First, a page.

WEEK 7: Managing for inclusion: Equality and Workplace diversity…
Managing for inclusion:
Equality and Workplace diversity
Term used to describe differences
E.g. age, race, ethnicity, physical characteristics,
(height, weight, etc.) mental and physical ability, personality, sexual orientation etc.
In addition to the above differences, workplace diversity also encompasses differences in religious beliefs, educational attainment, experience, family status, parental status, pregnancy etc.
It is necessary to manage diversity as the Australian population comprises of...
• 28% born overseas, third highest in world
• Overseas-born residents contribute to more than 50% of population growth – over 300 languages
• Those born in Europe are declining while those born in Asia and Africa are increasing
• Overseas-born population from Asia and Africa have proportionally larger young (0-14 years) and working age (15-64 years) populations compared to those from Europe
• Indigenous Australians comprise of approx. 2.4% of the population
• Over the next 50 years, approx. ¼ Australians will be 65 years or older
• Increasing labour force participation of women
• Increase in dual-earner households with dependent children, single-parent households, and the ‘sandwich generation’
The glass ceiling
what is it?
A phenomenon that limits the advancement of women and other minority groups to senior managerial positions in organisations
only 25% of key management positions on company boards are held by women in Australia
However, in the public service 40% of all senior executive positions filled by women
Eastern European and Scandinavian nations lead the way in abolishing the glass ceiling
overcoming the glass ceiling
Changing societal norms around the role of women and eradicating gender bias
Eliminating the stigmatisation of men who choose to stay home for family reasons
introduction of paid-parental leave schemes, especially for men that goes beyond ‘one week’
Introducing gender quotas for company boards
Realising that a more representative blend of women and men in senior roles just makes good business sense
social dilemmas of workplace diversity:
- Individual participation
- Managerial participation
- Organisational participation
The success of organisational diversity initiatives is dependent upon the degree to which its employees embrace/resist them
Formation of subgroups along social categories may result in restricting the movement of information
Due to exclusion, employees may form further informal subgroups resulting in subgroup competition
A consequence of the dilemma of individual participation
Managers likely to recruit individuals they perceive to be similar to them (i.e. their social category)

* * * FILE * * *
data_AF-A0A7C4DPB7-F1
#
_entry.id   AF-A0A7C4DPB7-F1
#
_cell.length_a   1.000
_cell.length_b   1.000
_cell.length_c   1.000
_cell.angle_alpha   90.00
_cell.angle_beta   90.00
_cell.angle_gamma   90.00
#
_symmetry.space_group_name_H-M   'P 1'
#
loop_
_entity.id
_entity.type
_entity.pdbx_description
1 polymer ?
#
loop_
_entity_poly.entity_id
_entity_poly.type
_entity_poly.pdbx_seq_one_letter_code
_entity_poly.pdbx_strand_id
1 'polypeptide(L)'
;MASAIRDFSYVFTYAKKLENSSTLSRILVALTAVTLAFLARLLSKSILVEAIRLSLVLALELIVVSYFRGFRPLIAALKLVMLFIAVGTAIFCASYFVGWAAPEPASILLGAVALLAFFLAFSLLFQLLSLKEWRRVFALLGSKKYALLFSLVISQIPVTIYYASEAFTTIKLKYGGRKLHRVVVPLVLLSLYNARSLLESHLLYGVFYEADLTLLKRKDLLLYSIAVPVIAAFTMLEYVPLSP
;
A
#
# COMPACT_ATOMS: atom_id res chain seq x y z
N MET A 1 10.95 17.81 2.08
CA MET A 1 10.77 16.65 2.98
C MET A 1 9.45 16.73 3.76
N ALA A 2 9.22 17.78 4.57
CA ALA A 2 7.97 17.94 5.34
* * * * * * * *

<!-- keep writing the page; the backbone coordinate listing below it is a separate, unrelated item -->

Individuals may also seek out managers that are similar to them
Those that do not ‘fit in’ often leave resulting in a homogenous workforce
Can result in ‘power battles’
Dependent upon how well the social dilemmas relating to individual and managerial participation are addressed
Incorrect perceptions in relation to the relationship between homogenous workers and employee turnover
Belief that diversity initiatives benefit society not organisations implementing them, organisations bear the costs and accrue little benefit
Focus on short-term costs and not long-term benefits
Creates barriers for selecting highly talented candidates due to ill informed and short sighted views
Overcoming social dilemmas of workplace diversity:
The management problem- overcoming individual & managerial participation.
The public policy problem - overcoming organisational participation.
• Avoiding the creation of legislation hat results in 'protected classes' of workers
• Instead requiring legislation that requires firms to develop and implement diversity initiatives that result in sustainable success.
• Not focusing on encouraging just diversity but, 'effective' diversity.
• Education curricula at primary/secondary level.
Social identity Theory
Social identity theory stipulates that individuals validate their social identity by favouring their ‘ingroup’ at the expense of ‘out-groups’
Individuals perceive that it is 'easier' to communicate with other members of their 'ingroup' as they are more predictable, trustworthy and more likely to reciprocate favours
A shared social identity increases perceived differences between individuals belonging to different social categories
The success of organisational diversity initiatives is dependent upon mitigating these perceived differences